Friday, August 8, 2008

Favourite Sci-Fi books of all time

Yes I'm a maths geek... I am also interested in science fiction... they go together. Reading is a major factor in student performance and parents modelling that reading is pleasurable and informative is the only path to students getting into the habit. Not just in English but especially in maths with the new curricula being much more wordy and problem solving oriented.

With the demise of newspapers in the home, the humble novel is one of the few physical manifestations of the written word. It is still one of the most rewarding as it enagages the mind, imagination and gives a sense of achievement on completion. One of my most memorable and cherished moments in teaching was in my first practicum when a group of yr 7 students read their first complete book (as a group, one paragraph at a time over weeks).

My reading habits have narrowed over the years and I read Sci-fi nearly exclusively. My favourite books of all time (I have some very worn and well loved copies) are:

The Moon is a Harsh Mistress: Robert Heinlein
Starship Troopers: Robert Heinlein
Enders Game: Orson Scott Card
Foundation: Isaac Asimov
Dorsai!: Gordon Dickson
Hovercar Racer: Matthew Reilly
Neutron Star: Larry Niven
Voyage of the Space Beagle: AE Van Vogt
Dune: Frank Herbert
Neuromancer: William Gibson(Yes I know it's cyberpunk- but close enough)
Snow Crash: Neal Stephenson(ditto)

Out of Genre:
Magician: Raymond E Feist
Bourne Identity: Robert Ludlum (the movie does not compare with the pace of the book)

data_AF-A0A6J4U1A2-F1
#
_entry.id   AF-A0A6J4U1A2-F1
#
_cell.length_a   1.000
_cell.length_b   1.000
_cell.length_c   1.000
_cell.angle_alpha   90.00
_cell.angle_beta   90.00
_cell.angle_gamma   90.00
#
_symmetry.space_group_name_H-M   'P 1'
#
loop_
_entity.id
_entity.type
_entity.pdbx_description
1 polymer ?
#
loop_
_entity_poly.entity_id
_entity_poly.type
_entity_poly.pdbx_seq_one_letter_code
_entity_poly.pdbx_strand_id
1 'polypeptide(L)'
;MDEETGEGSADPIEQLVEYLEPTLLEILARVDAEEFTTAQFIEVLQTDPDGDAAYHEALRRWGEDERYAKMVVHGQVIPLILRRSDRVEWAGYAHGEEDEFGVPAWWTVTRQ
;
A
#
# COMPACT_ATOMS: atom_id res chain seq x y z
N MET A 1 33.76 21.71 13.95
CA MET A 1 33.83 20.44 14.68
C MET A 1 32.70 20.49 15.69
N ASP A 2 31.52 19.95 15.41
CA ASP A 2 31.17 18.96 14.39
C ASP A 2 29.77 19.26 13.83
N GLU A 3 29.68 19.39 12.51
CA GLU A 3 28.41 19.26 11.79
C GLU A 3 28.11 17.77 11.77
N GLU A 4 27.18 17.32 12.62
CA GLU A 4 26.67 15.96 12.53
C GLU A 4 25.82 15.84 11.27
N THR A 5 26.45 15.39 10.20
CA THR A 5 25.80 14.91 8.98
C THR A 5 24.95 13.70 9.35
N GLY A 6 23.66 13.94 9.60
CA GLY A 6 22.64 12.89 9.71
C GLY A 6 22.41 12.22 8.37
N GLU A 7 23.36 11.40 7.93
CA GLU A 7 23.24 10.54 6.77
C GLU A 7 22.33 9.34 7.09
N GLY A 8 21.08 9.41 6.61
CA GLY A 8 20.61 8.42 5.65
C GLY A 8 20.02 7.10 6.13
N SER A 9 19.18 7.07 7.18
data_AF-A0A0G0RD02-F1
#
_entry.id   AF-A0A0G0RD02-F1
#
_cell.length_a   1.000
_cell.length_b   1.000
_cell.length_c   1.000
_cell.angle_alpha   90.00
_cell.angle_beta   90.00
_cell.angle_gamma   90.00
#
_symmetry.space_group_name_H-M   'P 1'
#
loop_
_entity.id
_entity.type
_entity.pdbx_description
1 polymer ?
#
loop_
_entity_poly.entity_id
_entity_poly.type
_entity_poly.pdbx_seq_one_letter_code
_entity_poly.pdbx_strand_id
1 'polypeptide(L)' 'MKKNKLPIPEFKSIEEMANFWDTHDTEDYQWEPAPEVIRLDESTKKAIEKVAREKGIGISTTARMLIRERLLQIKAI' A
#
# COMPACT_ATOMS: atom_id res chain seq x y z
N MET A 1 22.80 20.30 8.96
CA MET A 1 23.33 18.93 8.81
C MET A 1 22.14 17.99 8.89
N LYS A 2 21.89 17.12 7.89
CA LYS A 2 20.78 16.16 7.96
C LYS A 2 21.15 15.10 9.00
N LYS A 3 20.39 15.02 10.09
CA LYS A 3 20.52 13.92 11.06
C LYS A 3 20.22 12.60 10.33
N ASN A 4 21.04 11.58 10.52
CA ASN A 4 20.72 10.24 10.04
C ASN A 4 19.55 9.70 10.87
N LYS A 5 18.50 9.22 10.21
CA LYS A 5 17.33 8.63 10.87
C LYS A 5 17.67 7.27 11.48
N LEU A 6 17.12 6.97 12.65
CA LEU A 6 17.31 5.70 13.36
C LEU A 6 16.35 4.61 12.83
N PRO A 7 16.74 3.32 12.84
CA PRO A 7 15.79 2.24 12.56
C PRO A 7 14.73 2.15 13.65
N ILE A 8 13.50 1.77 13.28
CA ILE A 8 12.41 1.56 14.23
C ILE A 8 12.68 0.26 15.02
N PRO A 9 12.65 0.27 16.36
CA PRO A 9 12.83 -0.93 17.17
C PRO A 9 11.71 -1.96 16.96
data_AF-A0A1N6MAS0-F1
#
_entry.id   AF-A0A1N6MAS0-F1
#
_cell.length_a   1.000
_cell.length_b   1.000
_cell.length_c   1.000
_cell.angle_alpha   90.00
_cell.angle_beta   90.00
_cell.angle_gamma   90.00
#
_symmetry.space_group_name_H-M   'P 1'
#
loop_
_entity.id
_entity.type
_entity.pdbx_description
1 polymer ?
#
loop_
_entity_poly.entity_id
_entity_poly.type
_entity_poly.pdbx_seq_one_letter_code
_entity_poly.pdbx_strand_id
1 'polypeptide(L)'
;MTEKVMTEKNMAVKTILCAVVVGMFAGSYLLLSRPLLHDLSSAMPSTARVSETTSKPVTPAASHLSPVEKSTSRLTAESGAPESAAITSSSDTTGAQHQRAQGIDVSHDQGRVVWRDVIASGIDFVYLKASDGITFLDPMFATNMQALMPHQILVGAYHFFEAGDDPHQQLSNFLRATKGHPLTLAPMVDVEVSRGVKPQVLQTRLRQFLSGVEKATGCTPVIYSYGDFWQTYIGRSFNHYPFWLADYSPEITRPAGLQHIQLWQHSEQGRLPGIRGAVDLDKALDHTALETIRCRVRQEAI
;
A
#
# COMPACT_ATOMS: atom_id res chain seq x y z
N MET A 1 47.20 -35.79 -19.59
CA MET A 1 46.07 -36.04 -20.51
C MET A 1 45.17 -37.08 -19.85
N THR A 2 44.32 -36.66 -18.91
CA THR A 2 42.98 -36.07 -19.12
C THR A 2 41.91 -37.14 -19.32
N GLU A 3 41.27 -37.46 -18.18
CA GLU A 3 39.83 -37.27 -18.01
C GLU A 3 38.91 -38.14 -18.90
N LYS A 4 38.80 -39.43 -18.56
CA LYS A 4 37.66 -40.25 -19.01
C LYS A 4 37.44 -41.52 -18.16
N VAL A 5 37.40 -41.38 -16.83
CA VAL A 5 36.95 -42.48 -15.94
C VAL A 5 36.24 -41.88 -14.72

Animal Farm: George Orwell
Catch 22: Joseph Heller
Harry Potter and the Philosophers Stone: JK Rowling
The Lion the Witch and the Wardrobe: CS Lewis

Watching my father read, gave me the impetus to try, and continue trying to read complex and more complex books over time. I've never shared his love of the books he read - they had special meaning to his generation, but I do still read for pleasure, it is my primary method of relaxation.

We have to thank the internet for the resurgence of students writing to each other for pleasure - blogs, instant messaging, facebook/myspace portals (which all have their issues too).

Is it possible to re-engage not only student love of short form writing but their creative centres to design more complex works? JK Rowling showed that the task is not insurmountable.

Instant gratification is fleeting, a feeling of true achievement only comes through effort. Building resilience into our kids means demonstrating that long term effort is worth it.. well past 5 mins.. well past the end of the lesson.. past the term end and year end.. past school.. and hopefully past their own generation.

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